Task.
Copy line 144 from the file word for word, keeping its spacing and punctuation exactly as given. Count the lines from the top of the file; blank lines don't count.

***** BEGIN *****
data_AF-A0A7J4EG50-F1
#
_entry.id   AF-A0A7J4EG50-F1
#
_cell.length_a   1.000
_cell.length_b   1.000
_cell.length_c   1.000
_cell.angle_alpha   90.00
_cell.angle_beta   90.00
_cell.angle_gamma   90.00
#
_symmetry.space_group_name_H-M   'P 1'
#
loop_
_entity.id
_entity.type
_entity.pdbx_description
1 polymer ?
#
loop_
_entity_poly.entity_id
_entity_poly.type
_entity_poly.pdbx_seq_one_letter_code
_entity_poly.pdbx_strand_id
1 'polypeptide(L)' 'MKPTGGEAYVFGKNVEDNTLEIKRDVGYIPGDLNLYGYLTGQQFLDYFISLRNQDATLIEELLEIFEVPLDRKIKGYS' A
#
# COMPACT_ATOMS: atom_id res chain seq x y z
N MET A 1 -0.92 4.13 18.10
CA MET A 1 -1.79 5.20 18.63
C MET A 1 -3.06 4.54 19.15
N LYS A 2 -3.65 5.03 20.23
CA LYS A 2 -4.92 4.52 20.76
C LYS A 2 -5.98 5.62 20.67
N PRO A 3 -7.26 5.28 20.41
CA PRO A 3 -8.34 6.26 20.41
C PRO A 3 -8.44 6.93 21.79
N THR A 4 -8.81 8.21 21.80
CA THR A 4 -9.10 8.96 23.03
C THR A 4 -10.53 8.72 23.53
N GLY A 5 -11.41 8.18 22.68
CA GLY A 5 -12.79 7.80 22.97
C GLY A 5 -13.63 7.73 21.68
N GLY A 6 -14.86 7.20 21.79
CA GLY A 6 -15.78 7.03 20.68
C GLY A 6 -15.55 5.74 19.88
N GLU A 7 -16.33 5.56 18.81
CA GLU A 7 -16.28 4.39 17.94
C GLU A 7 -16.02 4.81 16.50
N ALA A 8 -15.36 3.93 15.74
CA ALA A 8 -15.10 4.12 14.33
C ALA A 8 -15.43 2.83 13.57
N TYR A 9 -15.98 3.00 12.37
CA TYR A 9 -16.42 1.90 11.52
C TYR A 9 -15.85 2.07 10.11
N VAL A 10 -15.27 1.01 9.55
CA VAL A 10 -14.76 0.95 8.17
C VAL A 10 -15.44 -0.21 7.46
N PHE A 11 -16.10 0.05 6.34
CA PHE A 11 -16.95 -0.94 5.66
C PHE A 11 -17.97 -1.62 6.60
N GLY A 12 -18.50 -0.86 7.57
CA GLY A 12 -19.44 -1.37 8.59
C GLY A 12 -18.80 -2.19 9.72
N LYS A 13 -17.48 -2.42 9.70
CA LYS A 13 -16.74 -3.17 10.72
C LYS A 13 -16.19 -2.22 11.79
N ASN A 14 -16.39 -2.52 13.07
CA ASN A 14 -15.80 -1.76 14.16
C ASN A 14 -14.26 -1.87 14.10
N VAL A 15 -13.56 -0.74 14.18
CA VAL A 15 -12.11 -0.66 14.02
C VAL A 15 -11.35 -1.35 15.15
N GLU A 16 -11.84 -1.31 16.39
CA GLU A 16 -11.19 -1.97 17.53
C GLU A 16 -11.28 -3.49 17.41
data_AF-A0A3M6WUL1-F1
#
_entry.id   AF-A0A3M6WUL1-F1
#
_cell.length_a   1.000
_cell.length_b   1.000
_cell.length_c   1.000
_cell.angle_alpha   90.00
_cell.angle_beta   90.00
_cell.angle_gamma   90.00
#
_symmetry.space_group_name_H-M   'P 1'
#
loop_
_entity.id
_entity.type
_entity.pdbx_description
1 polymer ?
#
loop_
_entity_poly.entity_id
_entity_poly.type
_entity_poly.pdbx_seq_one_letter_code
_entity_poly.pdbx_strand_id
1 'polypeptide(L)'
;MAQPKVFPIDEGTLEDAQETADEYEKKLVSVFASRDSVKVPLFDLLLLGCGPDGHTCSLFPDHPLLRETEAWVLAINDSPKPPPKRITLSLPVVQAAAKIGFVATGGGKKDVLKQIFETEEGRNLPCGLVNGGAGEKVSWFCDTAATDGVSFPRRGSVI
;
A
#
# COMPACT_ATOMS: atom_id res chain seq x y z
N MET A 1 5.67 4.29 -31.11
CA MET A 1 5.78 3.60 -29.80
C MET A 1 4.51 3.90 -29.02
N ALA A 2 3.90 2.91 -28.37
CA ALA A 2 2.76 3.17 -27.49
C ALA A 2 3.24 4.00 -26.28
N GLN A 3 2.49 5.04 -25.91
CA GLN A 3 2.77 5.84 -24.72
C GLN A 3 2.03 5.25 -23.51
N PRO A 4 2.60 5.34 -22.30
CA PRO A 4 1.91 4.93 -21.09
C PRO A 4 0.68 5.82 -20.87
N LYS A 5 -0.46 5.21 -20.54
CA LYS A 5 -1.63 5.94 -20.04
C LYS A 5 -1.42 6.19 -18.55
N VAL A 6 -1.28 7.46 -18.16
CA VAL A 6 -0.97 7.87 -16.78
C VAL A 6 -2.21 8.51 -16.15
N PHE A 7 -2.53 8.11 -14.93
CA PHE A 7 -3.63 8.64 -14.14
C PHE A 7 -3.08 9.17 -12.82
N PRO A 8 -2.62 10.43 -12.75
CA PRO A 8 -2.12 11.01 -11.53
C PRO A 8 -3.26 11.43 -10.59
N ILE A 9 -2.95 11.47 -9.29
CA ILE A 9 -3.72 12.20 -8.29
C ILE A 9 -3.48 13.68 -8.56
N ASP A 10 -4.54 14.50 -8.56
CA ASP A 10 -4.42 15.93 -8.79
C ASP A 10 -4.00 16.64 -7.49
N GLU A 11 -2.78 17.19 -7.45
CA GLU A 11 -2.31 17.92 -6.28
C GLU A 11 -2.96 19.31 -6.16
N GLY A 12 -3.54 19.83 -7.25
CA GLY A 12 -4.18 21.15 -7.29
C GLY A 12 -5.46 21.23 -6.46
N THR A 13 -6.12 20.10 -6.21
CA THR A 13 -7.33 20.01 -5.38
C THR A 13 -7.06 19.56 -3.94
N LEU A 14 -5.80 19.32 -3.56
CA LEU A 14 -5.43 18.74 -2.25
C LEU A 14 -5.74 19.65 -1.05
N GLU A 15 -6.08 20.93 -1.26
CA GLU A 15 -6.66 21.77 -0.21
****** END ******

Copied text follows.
C THR A 13 -7.06 19.56 -3.94